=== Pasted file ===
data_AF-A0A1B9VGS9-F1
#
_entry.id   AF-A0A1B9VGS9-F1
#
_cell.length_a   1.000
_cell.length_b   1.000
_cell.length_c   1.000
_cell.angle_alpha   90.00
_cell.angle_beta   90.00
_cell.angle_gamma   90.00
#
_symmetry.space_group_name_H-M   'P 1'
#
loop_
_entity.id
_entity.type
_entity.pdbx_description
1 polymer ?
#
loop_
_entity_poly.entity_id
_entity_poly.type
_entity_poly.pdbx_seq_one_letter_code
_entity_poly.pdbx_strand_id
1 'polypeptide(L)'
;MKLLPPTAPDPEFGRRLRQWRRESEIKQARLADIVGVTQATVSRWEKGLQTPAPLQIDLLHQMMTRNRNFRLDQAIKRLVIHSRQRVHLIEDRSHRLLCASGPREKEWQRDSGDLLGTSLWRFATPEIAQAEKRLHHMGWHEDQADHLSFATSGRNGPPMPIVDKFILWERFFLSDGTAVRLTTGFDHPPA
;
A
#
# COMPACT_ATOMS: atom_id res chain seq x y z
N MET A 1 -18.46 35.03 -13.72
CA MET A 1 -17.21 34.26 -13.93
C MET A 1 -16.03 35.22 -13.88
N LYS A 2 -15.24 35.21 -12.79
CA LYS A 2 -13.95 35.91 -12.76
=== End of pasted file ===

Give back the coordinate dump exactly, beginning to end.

data_AF-A0A1B9VGS9-F1
#
_entry.id   AF-A0A1B9VGS9-F1
#
_cell.length_a   1.000
_cell.length_b   1.000
_cell.length_c   1.000
_cell.angle_alpha   90.00
_cell.angle_beta   90.00
_cell.angle_gamma   90.00
#
_symmetry.space_group_name_H-M   'P 1'
#
loop_
_entity.id
_entity.type
_entity.pdbx_description
1 polymer ?
#
loop_
_entity_poly.entity_id
_entity_poly.type
_entity_poly.pdbx_seq_one_letter_code
_entity_poly.pdbx_strand_id
1 'polypeptide(L)'
;MKLLPPTAPDPEFGRRLRQWRRESEIKQARLADIVGVTQATVSRWEKGLQTPAPLQIDLLHQMMTRNRNFRLDQAIKRLVIHSRQRVHLIEDRSHRLLCASGPREKEWQRDSGDLLGTSLWRFATPEIAQAEKRLHHMGWHEDQADHLSFATSGRNGPPMPIVDKFILWERFFLSDGTAVRLTTGFDHPPA
;
A
#
# COMPACT_ATOMS: atom_id res chain seq x y z
N MET A 1 -18.46 35.03 -13.72
CA MET A 1 -17.21 34.26 -13.93
C MET A 1 -16.03 35.22 -13.88
N LYS A 2 -15.24 35.21 -12.79
CA LYS A 2 -13.95 35.91 -12.76